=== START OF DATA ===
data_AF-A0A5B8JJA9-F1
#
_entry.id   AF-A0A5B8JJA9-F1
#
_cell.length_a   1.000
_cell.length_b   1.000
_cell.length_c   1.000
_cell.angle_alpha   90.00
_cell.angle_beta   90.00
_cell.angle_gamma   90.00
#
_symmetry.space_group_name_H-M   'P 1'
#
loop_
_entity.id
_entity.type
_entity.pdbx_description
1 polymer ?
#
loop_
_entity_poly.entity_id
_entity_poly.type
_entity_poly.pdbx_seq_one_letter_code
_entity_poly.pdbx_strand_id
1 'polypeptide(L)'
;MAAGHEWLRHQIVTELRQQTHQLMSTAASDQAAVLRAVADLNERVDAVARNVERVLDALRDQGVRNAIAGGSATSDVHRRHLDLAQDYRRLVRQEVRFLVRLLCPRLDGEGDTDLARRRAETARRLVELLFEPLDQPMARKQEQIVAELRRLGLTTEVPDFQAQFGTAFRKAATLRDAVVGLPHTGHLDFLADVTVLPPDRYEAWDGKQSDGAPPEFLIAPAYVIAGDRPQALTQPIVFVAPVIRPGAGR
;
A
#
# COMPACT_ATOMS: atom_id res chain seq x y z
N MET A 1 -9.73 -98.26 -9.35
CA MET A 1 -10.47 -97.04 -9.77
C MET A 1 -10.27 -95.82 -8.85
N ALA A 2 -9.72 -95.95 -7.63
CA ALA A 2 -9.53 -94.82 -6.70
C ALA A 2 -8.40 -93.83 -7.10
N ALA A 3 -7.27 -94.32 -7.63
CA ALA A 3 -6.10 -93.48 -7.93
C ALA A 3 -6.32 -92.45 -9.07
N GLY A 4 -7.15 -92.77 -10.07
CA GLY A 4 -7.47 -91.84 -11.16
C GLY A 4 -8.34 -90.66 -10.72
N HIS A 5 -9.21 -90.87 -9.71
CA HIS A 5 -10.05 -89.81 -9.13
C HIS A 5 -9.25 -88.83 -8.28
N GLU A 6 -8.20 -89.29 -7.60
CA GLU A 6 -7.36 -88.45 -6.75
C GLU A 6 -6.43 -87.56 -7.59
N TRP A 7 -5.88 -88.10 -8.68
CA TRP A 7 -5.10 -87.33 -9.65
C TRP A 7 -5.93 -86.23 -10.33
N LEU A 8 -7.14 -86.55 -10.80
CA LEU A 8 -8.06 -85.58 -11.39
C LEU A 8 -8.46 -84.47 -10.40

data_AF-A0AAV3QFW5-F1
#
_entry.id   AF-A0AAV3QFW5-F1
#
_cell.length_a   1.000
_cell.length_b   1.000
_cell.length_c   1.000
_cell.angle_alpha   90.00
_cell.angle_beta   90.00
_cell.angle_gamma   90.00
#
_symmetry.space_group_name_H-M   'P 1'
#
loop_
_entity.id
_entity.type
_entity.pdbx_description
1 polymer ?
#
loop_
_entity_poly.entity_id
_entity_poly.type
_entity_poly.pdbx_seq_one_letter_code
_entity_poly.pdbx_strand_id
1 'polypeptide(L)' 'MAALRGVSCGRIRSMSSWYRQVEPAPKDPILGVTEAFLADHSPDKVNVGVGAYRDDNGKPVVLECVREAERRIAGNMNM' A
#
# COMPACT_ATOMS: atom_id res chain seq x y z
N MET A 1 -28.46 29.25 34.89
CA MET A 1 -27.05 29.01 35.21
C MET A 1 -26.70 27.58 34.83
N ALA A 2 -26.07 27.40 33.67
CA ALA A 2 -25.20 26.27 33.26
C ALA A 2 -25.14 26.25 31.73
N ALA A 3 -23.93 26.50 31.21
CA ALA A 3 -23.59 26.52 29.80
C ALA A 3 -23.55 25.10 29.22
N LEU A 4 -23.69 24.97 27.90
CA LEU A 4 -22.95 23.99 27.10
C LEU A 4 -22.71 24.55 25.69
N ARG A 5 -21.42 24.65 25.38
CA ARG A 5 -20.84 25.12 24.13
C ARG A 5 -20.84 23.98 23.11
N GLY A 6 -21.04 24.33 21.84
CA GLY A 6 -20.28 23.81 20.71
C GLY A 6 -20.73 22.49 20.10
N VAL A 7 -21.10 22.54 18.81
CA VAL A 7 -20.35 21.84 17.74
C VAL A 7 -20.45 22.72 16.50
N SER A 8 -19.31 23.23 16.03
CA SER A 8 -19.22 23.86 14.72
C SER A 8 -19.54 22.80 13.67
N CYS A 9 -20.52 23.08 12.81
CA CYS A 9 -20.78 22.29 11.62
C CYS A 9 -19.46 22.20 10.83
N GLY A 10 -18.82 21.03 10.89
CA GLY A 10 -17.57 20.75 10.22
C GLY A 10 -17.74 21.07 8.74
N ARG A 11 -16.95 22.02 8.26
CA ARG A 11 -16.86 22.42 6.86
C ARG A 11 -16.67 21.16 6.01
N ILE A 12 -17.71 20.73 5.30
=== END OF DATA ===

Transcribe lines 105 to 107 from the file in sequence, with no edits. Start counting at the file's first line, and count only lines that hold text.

C SER A 8 -19.54 22.80 13.67
N CYS A 9 -20.52 23.08 12.81
CA CYS A 9 -20.78 22.29 11.62